6 Jan 2015
Washington, D.C. (December 18, 2014) — Today, the Pharmaceutical Research and Manufacturers of America (PhRMA) released a new report, “Twenty-Five Years of Progress Against Hepatitis C: Setbacks and Stepping Stones,” that examines the scientific challenges and setbacks researchers have faced on the path to developing new medicines with the potential to transform treatment for hepatitis C patients and how these so-called “failures” are an integral part of the drug discovery process.
The new report found between 1998 and 2014, 77 investigational medicines failed in clinical trials, laying the groundwork for 12 approved medicines over the same period.
The learnings from these setbacks inform the continuous innovation in treatment leading to new advances in treating the hepatitis C virus. The evolution of treatment from interferon-based therapy to direct-acting antiviral agents has helped transform hepatitis C from a chronic and often fatal illness to an infection that with new and forthcoming treatments may one day be considered a rare disease.
While the trajectory of hepatitis C is changing thanks to America’s biopharmaceutical companies, substantial unmet medical need for patients remains, which is why the industry continues to research further treatment advances for patients. According to the report, there are 75 new hepatitis C medicines either in clinical trials or awaiting review by the U.S. Food and Drug Administration (FDA).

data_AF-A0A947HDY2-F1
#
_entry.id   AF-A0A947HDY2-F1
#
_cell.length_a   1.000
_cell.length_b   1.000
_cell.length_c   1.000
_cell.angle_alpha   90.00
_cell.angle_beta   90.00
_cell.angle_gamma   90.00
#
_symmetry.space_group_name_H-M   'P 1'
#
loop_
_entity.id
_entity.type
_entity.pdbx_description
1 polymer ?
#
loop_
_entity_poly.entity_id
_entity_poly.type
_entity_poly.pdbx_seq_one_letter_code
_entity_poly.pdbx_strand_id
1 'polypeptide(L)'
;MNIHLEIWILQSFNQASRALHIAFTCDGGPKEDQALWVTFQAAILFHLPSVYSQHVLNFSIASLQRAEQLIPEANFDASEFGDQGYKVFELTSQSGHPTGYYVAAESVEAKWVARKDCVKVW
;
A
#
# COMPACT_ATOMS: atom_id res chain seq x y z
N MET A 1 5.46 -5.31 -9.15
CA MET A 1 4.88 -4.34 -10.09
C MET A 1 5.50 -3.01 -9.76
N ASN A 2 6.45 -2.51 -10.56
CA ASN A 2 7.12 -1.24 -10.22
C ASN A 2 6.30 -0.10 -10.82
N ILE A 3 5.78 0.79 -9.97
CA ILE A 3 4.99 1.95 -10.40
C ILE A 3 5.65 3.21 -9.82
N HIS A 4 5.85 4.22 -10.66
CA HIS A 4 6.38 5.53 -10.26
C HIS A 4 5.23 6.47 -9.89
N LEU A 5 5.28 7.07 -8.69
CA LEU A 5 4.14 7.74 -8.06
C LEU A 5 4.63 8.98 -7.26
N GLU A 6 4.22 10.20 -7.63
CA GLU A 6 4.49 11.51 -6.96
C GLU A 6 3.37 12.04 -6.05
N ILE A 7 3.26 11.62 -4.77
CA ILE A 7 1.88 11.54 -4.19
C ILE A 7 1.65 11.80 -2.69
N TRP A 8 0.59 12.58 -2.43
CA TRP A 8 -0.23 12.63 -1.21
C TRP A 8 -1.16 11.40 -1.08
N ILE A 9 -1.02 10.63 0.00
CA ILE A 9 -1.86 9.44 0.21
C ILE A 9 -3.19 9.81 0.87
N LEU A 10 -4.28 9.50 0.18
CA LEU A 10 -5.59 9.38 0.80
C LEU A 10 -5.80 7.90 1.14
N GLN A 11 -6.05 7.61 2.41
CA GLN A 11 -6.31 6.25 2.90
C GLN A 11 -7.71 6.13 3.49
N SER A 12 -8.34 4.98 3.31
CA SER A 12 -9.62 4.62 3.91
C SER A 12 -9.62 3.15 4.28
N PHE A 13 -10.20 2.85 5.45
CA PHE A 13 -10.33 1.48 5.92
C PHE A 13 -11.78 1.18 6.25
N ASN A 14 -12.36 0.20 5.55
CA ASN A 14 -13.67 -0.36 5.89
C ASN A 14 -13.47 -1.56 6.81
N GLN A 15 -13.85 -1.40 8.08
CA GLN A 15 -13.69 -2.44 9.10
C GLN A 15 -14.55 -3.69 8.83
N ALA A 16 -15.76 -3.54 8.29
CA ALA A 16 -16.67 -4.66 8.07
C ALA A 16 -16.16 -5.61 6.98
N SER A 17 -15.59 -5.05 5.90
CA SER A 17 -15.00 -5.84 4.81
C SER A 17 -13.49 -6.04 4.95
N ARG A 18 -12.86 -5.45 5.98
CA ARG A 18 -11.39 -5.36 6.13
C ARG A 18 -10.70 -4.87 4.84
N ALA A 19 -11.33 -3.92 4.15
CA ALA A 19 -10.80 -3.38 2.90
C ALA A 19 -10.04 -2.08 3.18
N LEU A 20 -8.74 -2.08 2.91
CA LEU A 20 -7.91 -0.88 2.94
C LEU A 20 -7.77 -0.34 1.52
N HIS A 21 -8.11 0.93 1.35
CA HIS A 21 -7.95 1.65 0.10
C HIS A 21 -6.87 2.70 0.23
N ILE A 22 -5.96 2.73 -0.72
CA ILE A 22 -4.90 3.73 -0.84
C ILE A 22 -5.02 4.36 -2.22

“New and forthcoming hepatitis C treatments represent a remarkable advance against a very serious disease,” said PhRMA President and CEO John J. Castellani. “These treatments are often curing more than 90 percent of patients – transforming lives and helping to avert billions of dollars in unnecessary hospitalizations and other costly medical services. Forthcoming treatments are projected to provide even greater cure rates and shorter duration of treatment, vastly improving patients’ health and quality of life.”
Hepatitis C is the leading cause of liver transplants and the primary driver of increases in liver cancer. The costs of treating hepatitis C can be daunting with average health care costs per patient battling liver cancer estimated at $112,000 per year and the cost of a liver transplant ranging as high as $500,000 per patient. These costs underscore the importance of new therapies in treating and potentially curing the disease for both patients and the health care system.